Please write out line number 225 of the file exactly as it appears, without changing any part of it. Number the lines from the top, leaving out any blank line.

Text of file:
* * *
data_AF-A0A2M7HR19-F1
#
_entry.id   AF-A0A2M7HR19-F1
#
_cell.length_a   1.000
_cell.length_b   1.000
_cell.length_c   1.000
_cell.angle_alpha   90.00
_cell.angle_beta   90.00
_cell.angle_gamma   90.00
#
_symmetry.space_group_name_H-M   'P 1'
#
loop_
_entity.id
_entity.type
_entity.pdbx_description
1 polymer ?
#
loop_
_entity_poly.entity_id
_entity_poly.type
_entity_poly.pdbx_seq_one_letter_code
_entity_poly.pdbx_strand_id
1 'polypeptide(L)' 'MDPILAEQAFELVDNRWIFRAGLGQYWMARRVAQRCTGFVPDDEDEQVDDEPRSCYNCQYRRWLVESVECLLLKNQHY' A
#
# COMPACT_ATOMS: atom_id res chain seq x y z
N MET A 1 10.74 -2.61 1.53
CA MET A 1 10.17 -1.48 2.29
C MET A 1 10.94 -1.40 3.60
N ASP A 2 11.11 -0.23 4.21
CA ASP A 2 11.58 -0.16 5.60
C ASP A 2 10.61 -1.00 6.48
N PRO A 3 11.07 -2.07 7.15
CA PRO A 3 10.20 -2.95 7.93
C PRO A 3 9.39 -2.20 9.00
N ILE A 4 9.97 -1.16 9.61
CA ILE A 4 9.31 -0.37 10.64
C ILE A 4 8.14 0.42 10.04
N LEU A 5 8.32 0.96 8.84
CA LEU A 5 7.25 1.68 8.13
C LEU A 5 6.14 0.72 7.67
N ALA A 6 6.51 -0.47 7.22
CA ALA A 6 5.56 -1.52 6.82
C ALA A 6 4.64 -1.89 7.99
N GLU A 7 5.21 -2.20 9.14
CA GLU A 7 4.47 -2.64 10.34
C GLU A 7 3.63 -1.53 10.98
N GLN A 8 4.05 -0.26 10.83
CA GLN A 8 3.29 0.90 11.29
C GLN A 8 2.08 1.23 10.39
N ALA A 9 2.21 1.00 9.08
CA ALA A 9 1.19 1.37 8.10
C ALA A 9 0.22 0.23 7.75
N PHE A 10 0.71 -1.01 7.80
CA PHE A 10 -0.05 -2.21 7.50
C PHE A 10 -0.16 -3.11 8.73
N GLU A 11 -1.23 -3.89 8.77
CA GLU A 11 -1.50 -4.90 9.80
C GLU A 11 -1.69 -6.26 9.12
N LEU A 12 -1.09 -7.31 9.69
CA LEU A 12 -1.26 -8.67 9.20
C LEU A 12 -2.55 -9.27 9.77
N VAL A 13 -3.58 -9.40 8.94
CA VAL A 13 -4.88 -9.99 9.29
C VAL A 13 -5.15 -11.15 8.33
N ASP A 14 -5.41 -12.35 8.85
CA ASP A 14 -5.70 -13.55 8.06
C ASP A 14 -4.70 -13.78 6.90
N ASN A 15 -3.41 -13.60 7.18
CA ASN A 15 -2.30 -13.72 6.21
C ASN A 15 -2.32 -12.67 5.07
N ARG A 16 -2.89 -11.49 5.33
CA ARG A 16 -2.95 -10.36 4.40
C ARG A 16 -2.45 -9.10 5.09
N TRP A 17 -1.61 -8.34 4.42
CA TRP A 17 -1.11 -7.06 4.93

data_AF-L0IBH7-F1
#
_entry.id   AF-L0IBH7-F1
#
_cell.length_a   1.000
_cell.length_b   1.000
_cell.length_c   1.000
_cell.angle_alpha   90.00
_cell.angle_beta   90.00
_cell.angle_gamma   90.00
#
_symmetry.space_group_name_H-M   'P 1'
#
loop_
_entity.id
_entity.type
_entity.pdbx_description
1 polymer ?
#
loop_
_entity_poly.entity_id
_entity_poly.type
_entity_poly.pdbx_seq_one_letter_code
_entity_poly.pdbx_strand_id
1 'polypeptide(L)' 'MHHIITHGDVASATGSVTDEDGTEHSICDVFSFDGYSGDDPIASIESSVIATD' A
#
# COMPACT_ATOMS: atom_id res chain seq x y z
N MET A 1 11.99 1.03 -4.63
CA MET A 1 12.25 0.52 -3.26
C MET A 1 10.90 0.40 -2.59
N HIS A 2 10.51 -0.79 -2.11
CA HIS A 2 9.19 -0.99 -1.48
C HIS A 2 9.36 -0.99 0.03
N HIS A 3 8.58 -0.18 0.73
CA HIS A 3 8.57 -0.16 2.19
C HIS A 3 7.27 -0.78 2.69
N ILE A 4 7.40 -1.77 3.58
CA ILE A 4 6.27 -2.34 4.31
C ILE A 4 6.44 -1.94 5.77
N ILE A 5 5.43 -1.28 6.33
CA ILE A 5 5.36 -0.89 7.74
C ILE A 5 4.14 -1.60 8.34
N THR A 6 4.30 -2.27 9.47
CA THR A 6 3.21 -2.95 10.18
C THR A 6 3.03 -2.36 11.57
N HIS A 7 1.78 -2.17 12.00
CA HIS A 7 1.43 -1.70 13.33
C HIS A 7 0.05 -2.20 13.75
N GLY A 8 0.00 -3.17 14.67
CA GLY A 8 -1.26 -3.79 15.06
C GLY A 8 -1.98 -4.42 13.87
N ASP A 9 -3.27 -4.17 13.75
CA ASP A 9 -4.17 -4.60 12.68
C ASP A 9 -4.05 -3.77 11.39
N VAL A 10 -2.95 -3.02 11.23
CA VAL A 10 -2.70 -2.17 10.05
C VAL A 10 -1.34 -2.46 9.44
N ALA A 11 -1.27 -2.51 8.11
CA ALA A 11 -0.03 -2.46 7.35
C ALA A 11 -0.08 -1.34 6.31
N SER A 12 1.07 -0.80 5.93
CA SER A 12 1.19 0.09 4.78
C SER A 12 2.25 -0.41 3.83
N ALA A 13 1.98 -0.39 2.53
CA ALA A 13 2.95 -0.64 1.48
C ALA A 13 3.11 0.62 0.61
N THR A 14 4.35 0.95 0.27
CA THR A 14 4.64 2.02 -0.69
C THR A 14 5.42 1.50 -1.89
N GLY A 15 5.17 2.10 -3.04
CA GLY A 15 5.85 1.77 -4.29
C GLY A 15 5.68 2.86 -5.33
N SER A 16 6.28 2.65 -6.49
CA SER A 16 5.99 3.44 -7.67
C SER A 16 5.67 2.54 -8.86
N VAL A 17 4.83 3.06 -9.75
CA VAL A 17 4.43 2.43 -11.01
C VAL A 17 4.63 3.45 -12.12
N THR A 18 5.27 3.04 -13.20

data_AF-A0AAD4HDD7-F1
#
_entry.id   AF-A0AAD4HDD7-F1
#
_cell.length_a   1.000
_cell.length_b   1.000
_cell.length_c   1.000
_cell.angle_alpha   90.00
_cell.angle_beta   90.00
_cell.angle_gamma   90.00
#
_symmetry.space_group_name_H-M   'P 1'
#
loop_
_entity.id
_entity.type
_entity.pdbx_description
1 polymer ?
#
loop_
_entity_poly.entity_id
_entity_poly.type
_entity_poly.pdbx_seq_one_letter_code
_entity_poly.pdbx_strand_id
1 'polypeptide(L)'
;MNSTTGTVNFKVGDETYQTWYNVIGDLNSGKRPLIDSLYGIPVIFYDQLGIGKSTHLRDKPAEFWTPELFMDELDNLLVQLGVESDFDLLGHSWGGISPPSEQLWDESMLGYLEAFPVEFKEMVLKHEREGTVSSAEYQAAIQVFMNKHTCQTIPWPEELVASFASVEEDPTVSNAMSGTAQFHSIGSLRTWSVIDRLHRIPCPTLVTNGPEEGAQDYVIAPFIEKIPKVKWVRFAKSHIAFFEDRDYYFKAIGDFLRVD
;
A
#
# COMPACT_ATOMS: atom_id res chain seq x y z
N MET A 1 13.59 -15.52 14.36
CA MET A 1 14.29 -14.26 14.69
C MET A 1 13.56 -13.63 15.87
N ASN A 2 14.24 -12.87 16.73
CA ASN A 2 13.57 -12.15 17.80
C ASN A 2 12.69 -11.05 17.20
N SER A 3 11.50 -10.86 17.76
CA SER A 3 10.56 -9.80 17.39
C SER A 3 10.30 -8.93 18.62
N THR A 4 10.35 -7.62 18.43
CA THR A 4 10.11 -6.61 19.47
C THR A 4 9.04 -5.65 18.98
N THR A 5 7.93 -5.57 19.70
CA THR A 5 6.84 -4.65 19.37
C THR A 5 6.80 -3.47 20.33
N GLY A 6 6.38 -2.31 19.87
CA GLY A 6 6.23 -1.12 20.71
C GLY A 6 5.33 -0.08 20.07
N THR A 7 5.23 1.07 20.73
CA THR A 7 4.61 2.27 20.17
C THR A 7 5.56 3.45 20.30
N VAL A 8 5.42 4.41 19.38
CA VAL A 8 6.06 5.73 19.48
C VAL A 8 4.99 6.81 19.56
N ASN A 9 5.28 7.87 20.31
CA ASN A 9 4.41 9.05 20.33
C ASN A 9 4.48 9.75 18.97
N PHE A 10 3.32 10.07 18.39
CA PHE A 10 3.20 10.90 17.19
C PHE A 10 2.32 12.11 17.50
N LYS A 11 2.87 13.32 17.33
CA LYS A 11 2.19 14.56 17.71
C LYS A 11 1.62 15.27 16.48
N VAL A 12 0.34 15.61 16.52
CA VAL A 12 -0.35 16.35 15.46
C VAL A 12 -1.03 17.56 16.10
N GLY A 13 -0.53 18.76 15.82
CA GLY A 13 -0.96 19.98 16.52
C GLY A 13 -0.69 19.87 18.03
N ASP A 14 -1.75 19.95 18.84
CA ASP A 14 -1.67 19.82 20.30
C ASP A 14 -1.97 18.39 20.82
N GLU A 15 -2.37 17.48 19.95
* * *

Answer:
C GLY A 13 -0.69 19.87 18.03